The Role of Proxy Advisory Firms in Canada

Nicholas J Price
To keep a pulse on what is going on in the greater marketplace, many shareholders check in with proxy advisory firms as the proxy season draws near. Proxy advisors make a career of knowing what is best for marketplace conditions, so they're considered experts. Every year, in Canada and in other countries, proxy advisory firms make recommendations for boards. Proxy advisory firms are highly influential in shareholder voting. While proxy advisory firms may make similar recommendations for Canadian companies as for other countries, the criteria they use are different based on the current corporate climate in each country.

Proxy advisory firms make changes in their recommendations every year. In 2019, the hot-button issues for Canada are gender diversity, overboarding, ESG (Environmental, Social and Governance), and virtual-only meetings.

The Role of the Proxy Advisory Firm in Canada

Proxy advisory firms fill a specific purpose. Their sole job is to review and analyze matters that shareholders will be expected to vote on during proxy season. Board members are often too busy to do the careful analysis that making wise decisions requires. Proxy advisory firms rose to fill the need to be the industry experts in major corporate governance issues. The clients of proxy advisors are typically institutional investors. Clients of the firms are usually highly influenced by the decisions and recommendations of the proxy advisory firms.

In making their recommendations, proxy advisory firms will look at such items as routine matters, the appointment of auditors, proxy contests, complex business acquisition deals that involve voting, management initiatives, shareholder proposals and any other emerging issues.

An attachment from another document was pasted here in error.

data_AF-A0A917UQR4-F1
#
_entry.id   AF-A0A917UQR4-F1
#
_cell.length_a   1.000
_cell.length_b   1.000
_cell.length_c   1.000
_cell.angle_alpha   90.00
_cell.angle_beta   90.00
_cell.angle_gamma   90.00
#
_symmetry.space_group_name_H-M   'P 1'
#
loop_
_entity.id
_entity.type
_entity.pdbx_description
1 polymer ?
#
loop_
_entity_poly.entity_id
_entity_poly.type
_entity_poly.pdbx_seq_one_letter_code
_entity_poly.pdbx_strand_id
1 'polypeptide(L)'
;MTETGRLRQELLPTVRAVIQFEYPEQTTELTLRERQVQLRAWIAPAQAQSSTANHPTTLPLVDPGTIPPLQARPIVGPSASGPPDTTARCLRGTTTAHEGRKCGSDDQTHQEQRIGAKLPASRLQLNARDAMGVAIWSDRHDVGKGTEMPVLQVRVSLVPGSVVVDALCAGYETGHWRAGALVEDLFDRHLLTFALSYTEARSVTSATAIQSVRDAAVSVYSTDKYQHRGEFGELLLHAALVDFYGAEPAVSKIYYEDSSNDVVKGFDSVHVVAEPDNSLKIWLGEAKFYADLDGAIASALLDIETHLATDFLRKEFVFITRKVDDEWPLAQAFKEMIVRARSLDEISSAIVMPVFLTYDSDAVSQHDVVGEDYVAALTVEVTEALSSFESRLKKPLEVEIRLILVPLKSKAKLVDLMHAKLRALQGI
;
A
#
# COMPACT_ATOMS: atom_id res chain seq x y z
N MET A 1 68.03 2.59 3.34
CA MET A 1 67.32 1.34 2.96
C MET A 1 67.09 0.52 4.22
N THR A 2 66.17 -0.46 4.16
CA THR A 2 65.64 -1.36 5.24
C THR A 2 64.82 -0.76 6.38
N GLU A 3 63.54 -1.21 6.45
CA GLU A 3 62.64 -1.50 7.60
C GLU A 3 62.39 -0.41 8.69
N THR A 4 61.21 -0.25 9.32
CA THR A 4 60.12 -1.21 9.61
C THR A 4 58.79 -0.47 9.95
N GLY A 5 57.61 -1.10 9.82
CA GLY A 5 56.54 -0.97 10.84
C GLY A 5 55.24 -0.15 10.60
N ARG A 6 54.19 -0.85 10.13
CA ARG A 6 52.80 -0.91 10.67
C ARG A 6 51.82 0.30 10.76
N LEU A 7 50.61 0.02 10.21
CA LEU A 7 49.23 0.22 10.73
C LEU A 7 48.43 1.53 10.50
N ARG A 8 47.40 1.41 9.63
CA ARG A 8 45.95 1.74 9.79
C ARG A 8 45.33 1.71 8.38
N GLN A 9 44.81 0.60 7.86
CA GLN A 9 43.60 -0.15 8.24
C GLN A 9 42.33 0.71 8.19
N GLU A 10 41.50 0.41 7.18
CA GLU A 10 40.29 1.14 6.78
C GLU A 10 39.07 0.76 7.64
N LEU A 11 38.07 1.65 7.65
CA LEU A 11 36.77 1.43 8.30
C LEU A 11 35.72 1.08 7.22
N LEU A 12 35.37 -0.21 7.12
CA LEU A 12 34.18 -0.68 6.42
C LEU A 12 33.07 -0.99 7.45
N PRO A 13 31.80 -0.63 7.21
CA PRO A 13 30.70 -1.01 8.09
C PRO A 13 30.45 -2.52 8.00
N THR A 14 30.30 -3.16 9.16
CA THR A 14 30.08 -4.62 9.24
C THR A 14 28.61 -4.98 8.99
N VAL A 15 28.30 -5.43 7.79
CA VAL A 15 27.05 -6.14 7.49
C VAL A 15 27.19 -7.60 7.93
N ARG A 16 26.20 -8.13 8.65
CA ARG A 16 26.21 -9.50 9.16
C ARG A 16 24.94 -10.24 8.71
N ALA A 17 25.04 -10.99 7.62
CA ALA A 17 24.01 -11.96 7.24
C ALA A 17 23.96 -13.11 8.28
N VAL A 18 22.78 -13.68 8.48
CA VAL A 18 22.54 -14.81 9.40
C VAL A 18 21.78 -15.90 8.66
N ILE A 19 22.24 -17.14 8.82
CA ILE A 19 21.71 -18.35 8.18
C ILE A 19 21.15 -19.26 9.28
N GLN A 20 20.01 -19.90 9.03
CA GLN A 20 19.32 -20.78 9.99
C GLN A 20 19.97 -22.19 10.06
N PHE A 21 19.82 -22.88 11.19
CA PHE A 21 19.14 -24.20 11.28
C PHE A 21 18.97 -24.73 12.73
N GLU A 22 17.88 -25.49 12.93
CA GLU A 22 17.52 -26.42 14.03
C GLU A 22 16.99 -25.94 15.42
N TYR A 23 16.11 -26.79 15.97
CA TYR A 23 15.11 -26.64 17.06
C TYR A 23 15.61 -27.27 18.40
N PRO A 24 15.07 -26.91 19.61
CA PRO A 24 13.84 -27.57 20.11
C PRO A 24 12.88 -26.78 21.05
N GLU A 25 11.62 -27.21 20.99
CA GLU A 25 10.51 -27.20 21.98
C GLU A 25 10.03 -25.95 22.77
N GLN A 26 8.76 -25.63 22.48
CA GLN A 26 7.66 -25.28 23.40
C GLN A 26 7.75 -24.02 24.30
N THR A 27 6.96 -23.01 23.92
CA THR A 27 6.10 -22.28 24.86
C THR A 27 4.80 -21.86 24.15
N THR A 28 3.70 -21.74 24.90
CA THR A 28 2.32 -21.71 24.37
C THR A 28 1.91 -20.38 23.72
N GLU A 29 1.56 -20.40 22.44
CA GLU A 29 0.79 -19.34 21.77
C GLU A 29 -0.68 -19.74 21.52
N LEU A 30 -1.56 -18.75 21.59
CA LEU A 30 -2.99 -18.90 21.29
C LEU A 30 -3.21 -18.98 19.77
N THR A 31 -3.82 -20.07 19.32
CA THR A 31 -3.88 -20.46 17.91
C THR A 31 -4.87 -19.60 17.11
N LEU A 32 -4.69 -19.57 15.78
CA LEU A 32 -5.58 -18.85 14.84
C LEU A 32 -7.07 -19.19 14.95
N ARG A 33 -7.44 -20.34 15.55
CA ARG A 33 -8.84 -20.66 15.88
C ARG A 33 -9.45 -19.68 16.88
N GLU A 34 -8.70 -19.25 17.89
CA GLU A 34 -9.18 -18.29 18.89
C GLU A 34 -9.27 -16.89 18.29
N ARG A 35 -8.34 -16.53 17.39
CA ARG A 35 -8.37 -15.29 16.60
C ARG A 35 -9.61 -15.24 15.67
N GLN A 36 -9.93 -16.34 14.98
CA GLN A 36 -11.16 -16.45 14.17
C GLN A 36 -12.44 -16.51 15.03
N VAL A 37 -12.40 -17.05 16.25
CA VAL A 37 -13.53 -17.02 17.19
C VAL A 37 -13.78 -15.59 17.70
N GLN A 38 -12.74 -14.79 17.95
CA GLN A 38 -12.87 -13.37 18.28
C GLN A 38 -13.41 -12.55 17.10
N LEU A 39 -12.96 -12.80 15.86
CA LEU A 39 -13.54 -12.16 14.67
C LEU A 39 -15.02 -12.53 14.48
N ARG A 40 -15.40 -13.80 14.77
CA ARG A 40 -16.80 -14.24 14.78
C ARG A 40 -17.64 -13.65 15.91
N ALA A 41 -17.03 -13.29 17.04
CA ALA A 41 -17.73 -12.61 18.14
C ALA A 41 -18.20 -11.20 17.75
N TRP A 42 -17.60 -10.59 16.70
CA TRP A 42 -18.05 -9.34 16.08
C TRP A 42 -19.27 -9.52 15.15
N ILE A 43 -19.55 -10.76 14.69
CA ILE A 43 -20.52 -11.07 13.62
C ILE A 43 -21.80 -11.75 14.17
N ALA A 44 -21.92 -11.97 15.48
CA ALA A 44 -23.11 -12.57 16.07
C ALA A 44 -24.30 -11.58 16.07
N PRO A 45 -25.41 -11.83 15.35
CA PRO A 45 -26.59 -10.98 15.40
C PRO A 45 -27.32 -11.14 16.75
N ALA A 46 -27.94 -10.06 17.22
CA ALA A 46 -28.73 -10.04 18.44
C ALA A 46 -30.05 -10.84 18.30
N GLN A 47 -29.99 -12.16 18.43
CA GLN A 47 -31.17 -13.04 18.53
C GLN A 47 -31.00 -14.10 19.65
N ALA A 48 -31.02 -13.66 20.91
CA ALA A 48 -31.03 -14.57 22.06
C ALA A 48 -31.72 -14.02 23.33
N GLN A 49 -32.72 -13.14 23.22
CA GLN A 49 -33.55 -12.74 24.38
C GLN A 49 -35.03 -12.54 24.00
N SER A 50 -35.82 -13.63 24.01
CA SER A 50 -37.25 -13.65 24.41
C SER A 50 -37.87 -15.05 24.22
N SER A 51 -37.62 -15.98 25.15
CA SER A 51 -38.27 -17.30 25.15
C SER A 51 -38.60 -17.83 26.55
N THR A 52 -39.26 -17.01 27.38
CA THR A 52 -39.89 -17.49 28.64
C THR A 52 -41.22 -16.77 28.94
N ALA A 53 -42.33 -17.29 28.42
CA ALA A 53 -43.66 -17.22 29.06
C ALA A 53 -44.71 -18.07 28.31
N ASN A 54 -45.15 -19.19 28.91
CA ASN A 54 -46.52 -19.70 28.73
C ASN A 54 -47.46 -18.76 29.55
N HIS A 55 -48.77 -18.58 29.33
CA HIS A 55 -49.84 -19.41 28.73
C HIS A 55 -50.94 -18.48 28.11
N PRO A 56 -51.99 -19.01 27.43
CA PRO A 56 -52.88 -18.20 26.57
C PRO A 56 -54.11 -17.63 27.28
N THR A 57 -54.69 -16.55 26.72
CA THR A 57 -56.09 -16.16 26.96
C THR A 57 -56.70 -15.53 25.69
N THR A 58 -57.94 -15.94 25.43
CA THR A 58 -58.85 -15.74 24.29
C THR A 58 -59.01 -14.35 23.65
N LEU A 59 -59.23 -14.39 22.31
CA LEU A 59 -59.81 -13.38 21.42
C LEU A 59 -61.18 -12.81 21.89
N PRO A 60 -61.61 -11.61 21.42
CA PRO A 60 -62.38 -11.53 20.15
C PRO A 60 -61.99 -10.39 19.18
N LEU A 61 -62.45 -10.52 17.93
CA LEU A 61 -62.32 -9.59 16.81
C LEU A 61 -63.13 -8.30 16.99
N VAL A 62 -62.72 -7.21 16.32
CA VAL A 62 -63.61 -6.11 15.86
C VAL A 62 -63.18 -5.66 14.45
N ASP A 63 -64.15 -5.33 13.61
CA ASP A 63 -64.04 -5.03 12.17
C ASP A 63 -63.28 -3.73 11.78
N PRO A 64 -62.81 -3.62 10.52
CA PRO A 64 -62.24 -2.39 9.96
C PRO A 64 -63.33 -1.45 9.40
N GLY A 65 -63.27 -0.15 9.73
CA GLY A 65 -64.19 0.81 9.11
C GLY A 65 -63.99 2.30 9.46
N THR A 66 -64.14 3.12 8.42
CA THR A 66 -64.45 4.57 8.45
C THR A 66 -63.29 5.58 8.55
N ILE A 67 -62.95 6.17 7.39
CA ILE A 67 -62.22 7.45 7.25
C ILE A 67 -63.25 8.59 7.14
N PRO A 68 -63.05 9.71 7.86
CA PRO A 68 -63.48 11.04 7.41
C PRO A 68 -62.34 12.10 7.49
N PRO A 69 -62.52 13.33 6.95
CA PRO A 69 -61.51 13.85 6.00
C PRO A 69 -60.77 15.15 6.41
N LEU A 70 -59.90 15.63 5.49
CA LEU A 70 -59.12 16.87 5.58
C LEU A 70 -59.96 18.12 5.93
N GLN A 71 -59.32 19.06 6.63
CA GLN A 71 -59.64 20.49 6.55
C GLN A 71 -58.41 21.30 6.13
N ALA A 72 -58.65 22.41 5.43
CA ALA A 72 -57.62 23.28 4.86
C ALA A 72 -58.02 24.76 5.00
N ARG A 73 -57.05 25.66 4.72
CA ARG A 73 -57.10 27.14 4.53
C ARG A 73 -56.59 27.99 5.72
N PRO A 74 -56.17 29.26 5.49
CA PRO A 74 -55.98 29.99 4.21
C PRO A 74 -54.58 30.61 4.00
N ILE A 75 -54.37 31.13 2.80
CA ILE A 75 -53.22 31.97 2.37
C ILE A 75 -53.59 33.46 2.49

Proxy advisory firms study and analyze issues all year long and then make voting recommendations based on how well companies abide by the standards and practices that are in keeping with the advisory firm's guidelines for the current proxy season.

A Look at Policy Changes for the 2019 Proxy Season in Canada

Gender Diversity

Gender diversity has been a hot topic all over the world, and Canada is no exception. Proxy advisory firms strongly favor increasing the number of women on boards and in executive positions. In 2019, Canadian companies can expect recommendations for them to disclose detailed policies for how they recruit and appoint women board directors.

In 2018, proxy advisors recommended a withhold vote for the chair of the committee that was responsible for nominating candidates to the board if the board could not supply a formal written disclosure about their search for women board nominees. This was the recommendation for Standard and Poor's and TSX Composite Index issuers.

The main proxy advisory firms are Institutional Shareholder Services (ISS) and Glass Lewis. Both firms changed their gender diversity policies for the 2019 proxy season. They made it clear that they wanted corporations to make a clear commitment to increase board gender diversity and to do it in a reasonable time frame. Advisory firms want to see measurable goals and targets without using boilerplate or contradictory language. Corporations should be prepared to explain why they lack women on the board if they want to avoid a recommendation for withhold on votes. Proxy advisory firms have the same recommendation for women executives in 2019.